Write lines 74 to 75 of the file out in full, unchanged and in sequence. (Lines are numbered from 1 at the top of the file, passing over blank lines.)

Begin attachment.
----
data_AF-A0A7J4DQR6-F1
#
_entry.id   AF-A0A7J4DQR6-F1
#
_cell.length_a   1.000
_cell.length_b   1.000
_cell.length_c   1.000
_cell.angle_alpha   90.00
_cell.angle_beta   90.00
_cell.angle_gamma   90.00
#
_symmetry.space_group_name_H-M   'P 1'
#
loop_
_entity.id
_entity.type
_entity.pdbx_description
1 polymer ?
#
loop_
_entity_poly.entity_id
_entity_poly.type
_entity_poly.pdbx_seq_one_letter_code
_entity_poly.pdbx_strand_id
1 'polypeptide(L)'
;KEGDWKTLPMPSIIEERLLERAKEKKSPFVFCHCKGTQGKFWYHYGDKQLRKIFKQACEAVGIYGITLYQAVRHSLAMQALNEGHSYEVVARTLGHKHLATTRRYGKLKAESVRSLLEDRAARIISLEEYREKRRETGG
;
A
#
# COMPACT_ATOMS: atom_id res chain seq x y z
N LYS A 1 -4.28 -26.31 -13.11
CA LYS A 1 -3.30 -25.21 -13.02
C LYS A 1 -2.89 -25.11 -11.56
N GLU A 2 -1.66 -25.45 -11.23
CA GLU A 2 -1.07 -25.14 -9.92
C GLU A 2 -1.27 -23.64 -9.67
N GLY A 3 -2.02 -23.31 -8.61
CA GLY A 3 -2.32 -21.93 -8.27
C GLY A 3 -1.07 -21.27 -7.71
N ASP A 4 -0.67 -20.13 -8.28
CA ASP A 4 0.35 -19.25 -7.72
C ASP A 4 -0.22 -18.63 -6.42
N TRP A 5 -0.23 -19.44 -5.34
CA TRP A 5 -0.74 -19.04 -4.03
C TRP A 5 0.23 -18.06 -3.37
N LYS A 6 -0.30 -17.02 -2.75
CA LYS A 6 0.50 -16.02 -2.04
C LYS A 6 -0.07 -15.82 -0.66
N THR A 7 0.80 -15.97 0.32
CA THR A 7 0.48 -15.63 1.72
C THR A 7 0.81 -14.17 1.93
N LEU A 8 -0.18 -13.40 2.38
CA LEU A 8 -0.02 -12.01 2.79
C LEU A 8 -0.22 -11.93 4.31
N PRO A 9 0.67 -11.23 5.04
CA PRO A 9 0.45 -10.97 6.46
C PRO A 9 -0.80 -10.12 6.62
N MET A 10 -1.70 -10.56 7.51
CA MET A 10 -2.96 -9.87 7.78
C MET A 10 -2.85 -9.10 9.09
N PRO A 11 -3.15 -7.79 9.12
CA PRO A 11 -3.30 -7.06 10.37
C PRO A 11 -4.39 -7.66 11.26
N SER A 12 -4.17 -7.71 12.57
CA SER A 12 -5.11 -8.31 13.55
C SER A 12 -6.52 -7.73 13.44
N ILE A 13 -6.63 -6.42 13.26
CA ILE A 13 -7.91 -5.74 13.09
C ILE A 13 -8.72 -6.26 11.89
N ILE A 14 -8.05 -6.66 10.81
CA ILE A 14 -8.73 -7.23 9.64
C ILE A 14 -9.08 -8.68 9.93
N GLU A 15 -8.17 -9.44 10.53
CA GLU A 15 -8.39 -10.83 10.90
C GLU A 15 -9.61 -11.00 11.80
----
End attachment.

CA GLU A 15 -8.39 -10.83 10.90
C GLU A 15 -9.61 -11.00 11.80